The HP Lovecraft Historical Society put this one together: a fan-film adaptation of the late author’s most famous story executed in the style of a 1920s silent film. The idea was to imagine what might’ve resulted had a movie version been commissioned the same year as the original story’s publication.

For those unfamiliar with the plot, it concerns investigation into a series of cryptic writings alleging the discovery of a lost civilization on an uncharted island, whereupon a ship’s crew was decimated by a gigantic monster believed to be worshipped as a god by pockets of underground occultists. The film is a curiosity overall – most of Lovecraft’s work doesn’t lend itself well to cinema without substantial revision, and this is very much a “look what we pulled off!” work rather than a fully functioning narrative film. But if you’re into silent movies or the Cthulhu mythos, it’s probably a must-watch.


The present-day poster child for this sort of thing, Quentin Tarantino and Robert Rodriguez teamed up for a double feature built around a pair of loving-reconstructed genre imitations that were so spot-on they even wound up replicating the box office performance of actual cult-classics – i.e. an indifferent mainstream audience and rediscovery later on DVD.

I’m a tremendous fan of both projects, though it must be said that the two filmmakers both slip up by letting their finished product be too good to truly replicate the junk they’re aiming for. Rodriguez’ Planet Terror nails the look and tone of a mid-80s John Carpenter opus, save that it’s entirely too big and sprawling to look as cheap as it does otherwise; while Tarantino’s Death Proof deftly understands the “endless-dialogue-padding-with-one-notorious-scene” vibe of 70s drive-in thrillers, except his dialogue is actually good.

Behind The Mask: The Rise of Leslie Vernon

Okay, this is kind of a cheat, but this movie deserves the extra attention. One part mockumentary, one part 80s slasher movie homage, this 2006 indie is set in a world where killers like Freddy Krueger and Jason Vorhees (or, at least, their crimes) actually exist. Our “heroes” are a documentary film crew invited to tag along with a would-be masked murderer named Leslie Vernon as he meticulously lays the groundwork for the teenager-slaying rampage that will make him the next big “star” of the slasher circuit. Along the way, Vernon dryly exposits on the pop-cultural symbolism of his chosen “profession,” including who gets to survive and why. So, yeah, it’s like a Scream movie, only good.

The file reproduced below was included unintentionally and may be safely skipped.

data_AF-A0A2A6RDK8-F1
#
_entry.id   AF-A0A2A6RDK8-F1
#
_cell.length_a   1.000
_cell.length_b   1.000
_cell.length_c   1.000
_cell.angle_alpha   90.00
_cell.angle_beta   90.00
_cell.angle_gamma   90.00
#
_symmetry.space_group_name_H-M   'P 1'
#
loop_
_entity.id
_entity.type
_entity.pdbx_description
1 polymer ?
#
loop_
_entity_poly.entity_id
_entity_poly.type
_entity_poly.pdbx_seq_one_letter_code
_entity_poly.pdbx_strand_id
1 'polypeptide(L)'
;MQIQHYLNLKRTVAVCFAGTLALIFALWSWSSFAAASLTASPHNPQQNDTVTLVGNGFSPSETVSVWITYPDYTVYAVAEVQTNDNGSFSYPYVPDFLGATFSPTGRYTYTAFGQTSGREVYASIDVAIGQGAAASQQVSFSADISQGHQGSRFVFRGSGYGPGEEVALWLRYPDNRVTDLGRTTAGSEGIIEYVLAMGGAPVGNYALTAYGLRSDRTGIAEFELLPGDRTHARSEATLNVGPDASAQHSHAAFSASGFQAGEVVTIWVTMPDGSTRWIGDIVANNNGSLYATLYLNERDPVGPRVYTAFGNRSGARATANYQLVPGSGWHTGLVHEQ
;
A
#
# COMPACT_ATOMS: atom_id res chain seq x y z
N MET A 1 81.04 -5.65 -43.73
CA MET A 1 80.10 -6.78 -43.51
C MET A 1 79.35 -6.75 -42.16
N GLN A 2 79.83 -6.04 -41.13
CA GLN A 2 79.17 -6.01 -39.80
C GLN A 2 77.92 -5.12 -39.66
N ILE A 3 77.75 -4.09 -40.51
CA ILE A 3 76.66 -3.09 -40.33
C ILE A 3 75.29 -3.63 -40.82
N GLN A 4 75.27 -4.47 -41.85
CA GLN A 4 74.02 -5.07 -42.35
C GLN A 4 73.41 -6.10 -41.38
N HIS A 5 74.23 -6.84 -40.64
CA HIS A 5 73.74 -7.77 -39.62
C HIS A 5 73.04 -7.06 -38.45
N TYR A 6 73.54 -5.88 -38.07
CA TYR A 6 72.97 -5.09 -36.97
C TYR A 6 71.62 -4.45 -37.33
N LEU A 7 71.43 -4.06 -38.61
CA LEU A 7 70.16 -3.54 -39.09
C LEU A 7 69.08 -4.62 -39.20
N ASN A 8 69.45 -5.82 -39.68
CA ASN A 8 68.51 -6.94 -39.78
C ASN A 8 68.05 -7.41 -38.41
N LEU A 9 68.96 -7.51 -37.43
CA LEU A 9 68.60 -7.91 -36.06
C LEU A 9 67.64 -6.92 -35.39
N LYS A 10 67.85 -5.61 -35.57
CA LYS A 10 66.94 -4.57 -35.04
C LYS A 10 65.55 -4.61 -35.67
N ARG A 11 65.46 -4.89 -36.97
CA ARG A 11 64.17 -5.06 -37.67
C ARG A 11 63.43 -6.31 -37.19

I’m including on this list because, unlike most put-on documentary flicks, this one occasionally breaks away from the docu-cam and lets us see the events unfolding from a conventional third-person narrative perspective. Amusingly, whenever it does so the tone, cinematography, music and acting styles immediately switch from doc-style banality to hypperreal, oversaturated kitsch that would be right at home in a higher-end “Jason” adventure.

Bob Chipman is a film critic and independent filmmaker. If you’ve heard of him before, you have officially been spending way too much time on the internet.

About the author

Bob Chipman
Bob Chipman is a critic and author.